Mount Buffalo National Park

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Mount Buffalo is a mountain plateau in Victoria (Australia), 200 km northeast of Melbourne. It is one of the oldest parks in the Australian Alps, being first established in 1898 when 1165 ha was reserved around Eurobin Falls. In 1908 it was expanded to over 105 km² and the park now covers 310 km² over the plateau and foothills of Mount Buffalo.

Mount Buffalo is a moderately tall mountain plateau (elev 1723 metres AHD at its highest point) on the west side of the Victoria Alpine region. The top of the mountain has striking granite boulders and rock formations. From the north, the mountain is quite remarkable, with the highest accessible point being a prominent peak called The Horn. A walking track leads to The Horn and visitors can enjoy a 360 degree view from the top.

Visitor accommodation was available at the historic guest house, the Mount Buffalo Chalet, built in 1910, until January 2007. The lessee is currently negotiating with Parks Victoria regarding plans to reopen the Chalet. Tatra Inn, located at the west end of the plateau near the Cathedral, was destroyed in 2006 by an escaped fuel reduction burn. The view from the chalet overlooks large sheets of granite and spectacular views of the Ovens Valley and Buckland Valley below. This is a popular rock climbing and hang-gliding site. The camping ground at Lake Catani is open from November to April. During the winter season, Mount Buffalo is a popular destination for beginner skiers. There is a small downhill ski area near the Cathedral (Cresta Run) and another at Dingo Dell, both of which are ideal for beginners ski lessons, and many cross-country ski trails for more experienced skiers. Visitors can also stay at the nearby town of Bright.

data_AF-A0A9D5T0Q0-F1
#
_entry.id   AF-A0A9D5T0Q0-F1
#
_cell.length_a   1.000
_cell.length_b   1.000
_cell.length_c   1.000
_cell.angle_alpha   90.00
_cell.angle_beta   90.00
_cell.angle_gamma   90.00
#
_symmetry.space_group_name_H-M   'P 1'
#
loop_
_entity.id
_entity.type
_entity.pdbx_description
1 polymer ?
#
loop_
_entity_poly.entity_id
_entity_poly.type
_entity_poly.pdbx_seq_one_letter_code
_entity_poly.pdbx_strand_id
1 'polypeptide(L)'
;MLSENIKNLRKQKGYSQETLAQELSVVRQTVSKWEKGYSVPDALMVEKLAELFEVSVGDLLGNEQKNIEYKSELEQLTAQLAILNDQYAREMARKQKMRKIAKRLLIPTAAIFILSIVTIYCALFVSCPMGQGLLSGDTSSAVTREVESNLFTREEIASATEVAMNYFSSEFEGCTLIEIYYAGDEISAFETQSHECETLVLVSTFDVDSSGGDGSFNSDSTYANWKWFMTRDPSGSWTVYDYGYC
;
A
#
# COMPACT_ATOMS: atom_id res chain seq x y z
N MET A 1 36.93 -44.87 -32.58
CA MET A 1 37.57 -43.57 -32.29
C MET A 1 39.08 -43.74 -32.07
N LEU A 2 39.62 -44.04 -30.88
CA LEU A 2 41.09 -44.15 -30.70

Aboriginal people made summer ascents to Mount Buffalo and other Alpine areas to gather and feast on protein-rich Bogong Moths that cluster in rock crevices, and also to meet and hold ceremonies.

Explorers Hume and Hovell named the mountain in 1824 from its supposed resemblance to a buffalo. Gold miners and botanists later began to find routes up to the plateau. With the beginning of tourism in the 1880s, an area around the spectacular Gorge was reserved as a national park in 1898. The park has been enlarged several times since and now takes in all the plateau and surrounding slopes. The Mount Buffalo Chalet was built in 1910, soon after the first road to the plateau was constructed, replacing some earlier more "rustic" accommodation. The park became a popular holiday destination for succeeding generations and a place for early skiing and ice skating ventures. In fact Buffalo had the first ski tow in Australia. For many Melbournians in the pre-war years, a trip to Mount Buffalo was their first encounter with snow.

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